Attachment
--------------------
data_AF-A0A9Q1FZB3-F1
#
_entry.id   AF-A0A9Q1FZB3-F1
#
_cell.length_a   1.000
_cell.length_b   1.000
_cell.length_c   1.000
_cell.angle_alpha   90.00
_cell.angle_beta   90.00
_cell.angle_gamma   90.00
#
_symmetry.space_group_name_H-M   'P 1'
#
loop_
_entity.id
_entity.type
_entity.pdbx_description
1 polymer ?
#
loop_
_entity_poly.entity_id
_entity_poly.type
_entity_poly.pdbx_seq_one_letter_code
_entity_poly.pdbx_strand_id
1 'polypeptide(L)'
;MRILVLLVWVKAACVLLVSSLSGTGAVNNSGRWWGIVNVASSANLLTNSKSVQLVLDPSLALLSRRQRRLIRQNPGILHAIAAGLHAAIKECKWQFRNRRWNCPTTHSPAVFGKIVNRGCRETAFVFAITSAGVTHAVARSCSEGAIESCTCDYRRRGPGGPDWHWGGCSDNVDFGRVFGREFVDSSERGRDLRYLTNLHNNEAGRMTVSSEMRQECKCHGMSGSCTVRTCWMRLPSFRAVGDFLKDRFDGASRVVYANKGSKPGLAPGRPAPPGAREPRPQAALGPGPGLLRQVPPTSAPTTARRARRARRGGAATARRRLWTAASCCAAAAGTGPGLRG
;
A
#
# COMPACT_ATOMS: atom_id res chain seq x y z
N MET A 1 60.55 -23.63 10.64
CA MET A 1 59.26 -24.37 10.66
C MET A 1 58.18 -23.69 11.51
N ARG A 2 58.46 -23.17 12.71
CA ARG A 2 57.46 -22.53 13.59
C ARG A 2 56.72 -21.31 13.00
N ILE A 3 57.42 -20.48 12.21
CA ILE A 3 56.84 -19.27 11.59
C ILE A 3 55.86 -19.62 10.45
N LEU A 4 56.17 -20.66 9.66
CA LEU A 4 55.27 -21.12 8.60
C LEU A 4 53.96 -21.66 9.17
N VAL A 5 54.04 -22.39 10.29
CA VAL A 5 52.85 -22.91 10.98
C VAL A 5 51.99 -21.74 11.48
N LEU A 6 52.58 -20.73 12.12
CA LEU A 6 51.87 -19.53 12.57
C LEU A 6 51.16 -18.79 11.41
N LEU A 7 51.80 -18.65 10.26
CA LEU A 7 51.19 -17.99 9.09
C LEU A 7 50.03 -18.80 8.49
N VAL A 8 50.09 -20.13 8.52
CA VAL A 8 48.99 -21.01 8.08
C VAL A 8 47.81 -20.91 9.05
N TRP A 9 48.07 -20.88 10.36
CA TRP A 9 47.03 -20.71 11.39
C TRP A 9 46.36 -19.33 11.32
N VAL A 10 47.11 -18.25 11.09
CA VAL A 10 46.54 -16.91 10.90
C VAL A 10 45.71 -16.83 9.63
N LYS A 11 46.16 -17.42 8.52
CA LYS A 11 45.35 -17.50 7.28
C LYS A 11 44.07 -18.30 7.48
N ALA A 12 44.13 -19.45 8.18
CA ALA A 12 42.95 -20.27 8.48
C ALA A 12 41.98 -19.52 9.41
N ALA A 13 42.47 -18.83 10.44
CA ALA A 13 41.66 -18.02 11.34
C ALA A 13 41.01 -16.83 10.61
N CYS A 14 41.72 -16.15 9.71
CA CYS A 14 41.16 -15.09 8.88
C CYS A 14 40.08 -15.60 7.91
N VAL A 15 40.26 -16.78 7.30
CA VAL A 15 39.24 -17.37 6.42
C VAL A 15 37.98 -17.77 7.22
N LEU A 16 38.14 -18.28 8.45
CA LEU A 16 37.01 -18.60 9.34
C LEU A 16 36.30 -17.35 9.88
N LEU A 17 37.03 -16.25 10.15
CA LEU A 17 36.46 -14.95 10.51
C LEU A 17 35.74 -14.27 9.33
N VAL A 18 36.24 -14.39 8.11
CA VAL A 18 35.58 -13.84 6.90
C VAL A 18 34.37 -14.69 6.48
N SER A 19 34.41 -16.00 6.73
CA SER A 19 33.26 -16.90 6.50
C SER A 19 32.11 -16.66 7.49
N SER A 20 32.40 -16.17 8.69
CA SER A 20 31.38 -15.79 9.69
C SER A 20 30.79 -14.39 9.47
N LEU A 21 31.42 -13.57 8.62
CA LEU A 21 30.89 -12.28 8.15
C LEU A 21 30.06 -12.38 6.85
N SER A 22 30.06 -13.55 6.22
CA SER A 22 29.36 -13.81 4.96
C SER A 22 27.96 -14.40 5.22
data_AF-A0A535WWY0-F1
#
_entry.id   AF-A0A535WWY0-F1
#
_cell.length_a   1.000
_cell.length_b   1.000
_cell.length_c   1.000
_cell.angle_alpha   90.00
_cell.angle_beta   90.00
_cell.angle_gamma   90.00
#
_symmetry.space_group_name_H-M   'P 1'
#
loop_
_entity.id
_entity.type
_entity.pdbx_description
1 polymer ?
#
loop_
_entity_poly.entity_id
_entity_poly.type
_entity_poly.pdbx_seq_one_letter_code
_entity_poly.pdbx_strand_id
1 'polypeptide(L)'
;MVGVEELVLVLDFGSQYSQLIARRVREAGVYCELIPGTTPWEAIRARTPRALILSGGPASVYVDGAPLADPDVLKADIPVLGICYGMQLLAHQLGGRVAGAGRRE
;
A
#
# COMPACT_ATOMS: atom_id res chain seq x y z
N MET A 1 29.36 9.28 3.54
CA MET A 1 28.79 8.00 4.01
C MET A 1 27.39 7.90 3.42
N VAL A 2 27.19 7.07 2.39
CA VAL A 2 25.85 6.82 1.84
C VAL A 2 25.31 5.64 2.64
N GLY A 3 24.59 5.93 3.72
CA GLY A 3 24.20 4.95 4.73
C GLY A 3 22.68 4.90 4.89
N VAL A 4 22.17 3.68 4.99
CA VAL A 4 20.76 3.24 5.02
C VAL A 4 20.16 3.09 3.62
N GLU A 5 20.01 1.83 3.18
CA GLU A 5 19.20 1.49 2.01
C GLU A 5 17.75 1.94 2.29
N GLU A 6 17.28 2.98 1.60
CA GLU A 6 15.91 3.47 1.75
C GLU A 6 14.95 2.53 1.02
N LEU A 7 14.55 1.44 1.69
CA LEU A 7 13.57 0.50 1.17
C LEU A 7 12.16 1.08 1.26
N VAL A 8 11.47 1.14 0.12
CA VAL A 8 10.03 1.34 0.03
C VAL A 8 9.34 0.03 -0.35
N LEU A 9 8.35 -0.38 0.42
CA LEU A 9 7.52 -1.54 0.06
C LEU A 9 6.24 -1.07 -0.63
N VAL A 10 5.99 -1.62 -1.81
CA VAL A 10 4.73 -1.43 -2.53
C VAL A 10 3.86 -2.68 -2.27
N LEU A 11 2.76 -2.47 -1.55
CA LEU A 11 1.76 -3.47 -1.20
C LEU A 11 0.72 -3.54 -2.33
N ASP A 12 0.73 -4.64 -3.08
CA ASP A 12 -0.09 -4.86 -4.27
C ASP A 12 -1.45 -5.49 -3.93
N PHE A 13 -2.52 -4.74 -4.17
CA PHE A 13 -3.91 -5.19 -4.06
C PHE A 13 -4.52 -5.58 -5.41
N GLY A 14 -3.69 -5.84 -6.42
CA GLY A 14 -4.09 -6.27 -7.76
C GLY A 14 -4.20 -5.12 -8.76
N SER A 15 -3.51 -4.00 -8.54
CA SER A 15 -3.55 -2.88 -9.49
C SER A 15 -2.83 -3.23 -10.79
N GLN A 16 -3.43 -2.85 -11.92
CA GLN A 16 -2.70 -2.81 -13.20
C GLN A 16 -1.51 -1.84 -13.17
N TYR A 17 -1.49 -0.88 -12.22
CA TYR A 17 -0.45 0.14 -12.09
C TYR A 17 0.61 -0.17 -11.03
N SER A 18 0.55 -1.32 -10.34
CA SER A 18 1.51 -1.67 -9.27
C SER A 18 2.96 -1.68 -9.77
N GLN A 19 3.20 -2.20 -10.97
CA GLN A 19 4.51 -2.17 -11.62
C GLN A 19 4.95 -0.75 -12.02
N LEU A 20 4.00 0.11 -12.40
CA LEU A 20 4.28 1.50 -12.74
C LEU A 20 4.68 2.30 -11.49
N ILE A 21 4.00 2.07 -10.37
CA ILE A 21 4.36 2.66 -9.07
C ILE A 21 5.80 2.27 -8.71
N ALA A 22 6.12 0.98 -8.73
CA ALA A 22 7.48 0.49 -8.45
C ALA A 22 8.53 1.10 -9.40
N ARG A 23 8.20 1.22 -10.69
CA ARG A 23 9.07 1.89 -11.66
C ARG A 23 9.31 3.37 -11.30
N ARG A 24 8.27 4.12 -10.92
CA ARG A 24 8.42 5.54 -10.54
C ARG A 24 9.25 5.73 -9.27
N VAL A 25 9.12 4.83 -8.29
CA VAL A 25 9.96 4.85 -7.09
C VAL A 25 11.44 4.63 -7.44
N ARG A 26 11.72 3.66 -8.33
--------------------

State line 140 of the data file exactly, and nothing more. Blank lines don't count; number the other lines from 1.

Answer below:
CA GLU A 5 19.20 1.49 2.01